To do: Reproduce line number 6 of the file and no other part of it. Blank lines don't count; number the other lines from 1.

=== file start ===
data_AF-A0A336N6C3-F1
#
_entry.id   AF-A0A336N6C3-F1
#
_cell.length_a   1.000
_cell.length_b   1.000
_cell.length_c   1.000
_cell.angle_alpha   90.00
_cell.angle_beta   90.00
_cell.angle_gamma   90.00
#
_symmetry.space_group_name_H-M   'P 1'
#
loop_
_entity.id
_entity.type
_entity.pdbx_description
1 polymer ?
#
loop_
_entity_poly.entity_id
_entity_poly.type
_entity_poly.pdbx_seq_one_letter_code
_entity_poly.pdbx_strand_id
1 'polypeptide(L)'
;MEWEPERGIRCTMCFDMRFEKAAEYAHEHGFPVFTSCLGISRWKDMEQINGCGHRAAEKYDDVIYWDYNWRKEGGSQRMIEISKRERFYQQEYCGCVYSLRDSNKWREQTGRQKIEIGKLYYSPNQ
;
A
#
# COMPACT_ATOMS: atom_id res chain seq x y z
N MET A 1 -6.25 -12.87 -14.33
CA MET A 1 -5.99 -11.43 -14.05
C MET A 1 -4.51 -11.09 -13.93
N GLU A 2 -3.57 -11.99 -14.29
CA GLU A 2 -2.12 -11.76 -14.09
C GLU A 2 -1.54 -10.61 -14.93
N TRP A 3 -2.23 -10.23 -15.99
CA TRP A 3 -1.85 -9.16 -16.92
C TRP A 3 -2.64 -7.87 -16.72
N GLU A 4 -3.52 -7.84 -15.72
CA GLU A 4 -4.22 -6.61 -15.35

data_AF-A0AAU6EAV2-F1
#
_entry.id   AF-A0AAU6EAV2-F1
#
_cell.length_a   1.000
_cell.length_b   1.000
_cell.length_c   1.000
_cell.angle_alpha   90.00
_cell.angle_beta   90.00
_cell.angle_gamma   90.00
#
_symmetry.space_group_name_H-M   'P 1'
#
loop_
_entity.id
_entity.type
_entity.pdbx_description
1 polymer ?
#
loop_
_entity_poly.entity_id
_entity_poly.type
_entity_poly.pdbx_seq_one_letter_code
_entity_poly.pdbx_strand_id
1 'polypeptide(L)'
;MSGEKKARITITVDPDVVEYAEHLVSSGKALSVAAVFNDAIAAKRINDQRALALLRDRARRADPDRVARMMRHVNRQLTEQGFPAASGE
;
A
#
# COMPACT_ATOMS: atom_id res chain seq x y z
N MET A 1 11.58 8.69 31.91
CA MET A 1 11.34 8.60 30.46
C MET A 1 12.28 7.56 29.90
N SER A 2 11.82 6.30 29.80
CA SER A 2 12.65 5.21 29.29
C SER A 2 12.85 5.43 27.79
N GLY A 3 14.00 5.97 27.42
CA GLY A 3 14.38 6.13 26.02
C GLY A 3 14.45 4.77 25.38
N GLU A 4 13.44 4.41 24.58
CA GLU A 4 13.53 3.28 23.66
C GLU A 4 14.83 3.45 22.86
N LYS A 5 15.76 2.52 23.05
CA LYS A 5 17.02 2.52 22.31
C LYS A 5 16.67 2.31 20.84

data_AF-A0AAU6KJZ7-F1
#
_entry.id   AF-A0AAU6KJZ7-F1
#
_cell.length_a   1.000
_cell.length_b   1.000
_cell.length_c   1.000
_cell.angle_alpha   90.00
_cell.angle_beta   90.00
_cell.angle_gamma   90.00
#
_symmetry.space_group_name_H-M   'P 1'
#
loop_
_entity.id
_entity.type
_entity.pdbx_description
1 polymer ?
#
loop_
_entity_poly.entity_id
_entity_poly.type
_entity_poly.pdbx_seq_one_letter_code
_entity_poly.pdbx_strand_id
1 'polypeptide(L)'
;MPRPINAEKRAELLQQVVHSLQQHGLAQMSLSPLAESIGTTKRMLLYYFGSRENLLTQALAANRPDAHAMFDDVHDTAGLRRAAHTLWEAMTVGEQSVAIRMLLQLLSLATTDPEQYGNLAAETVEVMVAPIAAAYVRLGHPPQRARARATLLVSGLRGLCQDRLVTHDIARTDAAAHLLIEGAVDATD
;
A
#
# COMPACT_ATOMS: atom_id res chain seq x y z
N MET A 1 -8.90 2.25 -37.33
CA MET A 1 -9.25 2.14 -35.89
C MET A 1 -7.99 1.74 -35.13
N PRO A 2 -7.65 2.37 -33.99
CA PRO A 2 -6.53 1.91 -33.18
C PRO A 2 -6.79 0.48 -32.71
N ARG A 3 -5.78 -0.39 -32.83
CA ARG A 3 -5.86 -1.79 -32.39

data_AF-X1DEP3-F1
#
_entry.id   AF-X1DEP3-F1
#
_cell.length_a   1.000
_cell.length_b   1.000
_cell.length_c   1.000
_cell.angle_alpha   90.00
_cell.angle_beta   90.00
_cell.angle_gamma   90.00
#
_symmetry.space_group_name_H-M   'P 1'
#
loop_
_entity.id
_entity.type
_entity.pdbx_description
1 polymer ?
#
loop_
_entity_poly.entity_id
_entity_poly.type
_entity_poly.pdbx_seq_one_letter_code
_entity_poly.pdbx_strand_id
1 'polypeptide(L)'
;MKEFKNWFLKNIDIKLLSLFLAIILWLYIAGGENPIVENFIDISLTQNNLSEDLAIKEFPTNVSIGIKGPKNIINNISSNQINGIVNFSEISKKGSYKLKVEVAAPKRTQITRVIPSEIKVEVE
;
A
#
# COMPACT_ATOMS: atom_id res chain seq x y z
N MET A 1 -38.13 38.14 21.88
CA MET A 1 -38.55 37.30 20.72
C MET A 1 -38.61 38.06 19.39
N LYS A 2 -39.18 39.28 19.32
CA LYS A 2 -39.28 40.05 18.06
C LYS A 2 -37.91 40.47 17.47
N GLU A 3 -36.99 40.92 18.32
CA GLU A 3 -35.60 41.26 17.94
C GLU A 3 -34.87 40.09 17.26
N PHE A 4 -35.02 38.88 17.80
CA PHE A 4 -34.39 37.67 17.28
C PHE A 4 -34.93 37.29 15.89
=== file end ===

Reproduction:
_cell.length_b   1.000